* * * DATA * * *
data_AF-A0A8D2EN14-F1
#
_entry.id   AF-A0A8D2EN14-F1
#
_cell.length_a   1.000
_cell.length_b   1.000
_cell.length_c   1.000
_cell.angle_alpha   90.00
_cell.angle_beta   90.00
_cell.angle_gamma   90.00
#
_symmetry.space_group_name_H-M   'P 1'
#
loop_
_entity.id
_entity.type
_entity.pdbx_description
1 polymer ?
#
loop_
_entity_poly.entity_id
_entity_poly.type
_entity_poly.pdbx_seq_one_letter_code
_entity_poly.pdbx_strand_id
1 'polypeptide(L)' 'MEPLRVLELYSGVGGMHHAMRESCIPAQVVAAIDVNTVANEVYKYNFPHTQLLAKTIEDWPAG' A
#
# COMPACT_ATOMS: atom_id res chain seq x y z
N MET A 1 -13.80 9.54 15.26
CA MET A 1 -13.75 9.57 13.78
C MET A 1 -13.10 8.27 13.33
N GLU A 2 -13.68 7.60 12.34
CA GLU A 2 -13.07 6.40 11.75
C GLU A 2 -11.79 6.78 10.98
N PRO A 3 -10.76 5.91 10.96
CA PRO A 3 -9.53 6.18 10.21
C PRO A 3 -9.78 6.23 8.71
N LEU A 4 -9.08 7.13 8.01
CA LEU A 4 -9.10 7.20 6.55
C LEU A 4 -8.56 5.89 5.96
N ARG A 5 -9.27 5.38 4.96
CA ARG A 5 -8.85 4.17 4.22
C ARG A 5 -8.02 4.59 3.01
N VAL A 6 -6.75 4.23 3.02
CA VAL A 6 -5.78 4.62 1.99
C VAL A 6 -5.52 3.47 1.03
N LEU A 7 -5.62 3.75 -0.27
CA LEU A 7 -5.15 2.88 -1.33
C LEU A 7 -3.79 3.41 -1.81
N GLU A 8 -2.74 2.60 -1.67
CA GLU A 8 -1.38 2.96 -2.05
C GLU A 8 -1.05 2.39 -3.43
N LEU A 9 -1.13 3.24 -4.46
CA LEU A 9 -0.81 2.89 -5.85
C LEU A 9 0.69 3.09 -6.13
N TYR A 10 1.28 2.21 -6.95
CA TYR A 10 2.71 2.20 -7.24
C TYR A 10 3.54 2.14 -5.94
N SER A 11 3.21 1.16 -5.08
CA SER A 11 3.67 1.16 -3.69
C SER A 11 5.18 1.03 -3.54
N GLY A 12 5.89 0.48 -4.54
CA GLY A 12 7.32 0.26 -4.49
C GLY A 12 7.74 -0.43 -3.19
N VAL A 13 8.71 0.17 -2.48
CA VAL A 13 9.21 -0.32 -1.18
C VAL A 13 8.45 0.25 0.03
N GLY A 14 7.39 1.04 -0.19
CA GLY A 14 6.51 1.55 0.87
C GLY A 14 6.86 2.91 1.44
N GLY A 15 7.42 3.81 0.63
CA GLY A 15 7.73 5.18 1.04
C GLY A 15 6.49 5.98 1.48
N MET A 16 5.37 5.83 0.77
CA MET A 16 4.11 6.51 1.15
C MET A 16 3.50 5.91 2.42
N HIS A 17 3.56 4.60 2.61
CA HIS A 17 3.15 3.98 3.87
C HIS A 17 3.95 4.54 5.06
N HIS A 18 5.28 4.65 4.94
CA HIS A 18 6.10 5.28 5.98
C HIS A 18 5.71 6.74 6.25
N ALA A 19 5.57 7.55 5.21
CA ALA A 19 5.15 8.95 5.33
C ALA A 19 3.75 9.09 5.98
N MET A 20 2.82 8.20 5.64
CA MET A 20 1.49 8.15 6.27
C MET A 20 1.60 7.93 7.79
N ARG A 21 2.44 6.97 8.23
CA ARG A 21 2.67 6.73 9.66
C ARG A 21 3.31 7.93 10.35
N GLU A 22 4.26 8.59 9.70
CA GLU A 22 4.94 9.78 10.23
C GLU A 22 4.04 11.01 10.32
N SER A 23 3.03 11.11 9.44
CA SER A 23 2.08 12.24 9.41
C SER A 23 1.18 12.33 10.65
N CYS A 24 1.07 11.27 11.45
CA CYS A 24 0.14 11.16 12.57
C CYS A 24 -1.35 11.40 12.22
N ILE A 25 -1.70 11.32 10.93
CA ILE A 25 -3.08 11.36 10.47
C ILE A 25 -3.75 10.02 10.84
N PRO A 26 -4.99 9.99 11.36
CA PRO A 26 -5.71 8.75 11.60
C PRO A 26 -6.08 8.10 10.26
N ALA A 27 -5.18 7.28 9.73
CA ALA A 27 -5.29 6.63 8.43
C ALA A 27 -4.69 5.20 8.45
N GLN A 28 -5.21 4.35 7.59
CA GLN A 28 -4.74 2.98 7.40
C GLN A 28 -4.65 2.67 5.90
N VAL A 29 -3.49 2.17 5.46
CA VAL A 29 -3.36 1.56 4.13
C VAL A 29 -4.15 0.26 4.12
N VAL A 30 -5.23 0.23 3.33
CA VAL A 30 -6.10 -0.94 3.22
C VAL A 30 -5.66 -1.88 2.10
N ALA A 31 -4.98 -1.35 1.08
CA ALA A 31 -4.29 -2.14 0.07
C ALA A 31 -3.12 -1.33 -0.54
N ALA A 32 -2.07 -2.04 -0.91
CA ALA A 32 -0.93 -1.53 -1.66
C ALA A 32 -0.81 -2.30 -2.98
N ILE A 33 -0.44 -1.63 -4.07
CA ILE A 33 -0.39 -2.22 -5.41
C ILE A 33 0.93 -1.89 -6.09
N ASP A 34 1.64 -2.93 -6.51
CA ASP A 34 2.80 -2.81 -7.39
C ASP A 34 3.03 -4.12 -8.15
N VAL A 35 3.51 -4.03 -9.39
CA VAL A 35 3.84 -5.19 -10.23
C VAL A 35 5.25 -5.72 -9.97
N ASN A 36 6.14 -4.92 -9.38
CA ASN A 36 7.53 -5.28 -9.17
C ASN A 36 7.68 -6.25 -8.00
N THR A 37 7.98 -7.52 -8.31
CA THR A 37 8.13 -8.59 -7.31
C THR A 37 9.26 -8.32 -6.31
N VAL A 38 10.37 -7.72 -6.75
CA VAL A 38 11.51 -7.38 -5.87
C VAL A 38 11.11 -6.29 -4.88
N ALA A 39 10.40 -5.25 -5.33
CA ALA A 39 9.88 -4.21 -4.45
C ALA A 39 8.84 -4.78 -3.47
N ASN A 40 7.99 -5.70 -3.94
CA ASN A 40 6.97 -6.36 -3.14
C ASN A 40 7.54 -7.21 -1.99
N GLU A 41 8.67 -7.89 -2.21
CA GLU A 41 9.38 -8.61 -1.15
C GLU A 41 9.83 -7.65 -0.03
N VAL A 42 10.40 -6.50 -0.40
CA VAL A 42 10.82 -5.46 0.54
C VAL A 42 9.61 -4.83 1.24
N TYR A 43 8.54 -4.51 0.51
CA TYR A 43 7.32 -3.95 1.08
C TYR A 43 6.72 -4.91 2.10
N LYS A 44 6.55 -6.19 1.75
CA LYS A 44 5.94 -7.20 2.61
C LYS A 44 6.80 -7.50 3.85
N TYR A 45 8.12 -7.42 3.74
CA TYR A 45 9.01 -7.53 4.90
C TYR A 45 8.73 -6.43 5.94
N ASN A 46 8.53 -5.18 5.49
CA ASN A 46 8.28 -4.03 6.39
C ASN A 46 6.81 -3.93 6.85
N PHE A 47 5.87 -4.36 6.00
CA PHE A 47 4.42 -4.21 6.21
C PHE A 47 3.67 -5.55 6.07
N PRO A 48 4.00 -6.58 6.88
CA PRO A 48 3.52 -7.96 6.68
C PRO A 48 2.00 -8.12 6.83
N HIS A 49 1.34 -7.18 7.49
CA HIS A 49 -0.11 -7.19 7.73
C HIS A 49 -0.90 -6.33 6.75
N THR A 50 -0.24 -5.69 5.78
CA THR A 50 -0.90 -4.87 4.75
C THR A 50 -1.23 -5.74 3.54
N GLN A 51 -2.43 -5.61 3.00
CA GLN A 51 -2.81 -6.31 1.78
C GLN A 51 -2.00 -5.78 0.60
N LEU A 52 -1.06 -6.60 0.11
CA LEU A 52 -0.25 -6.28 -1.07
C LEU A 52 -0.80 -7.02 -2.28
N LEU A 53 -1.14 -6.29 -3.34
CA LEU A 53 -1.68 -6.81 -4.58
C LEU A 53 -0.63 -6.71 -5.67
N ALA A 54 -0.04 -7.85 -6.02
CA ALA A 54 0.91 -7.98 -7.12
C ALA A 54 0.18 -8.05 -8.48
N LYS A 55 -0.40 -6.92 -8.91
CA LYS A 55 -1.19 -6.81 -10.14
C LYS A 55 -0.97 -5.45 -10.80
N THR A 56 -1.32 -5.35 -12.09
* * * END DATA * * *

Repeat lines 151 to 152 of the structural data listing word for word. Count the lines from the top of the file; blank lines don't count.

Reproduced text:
N VAL A 42 10.40 -6.50 -0.40
CA VAL A 42 10.82 -5.46 0.54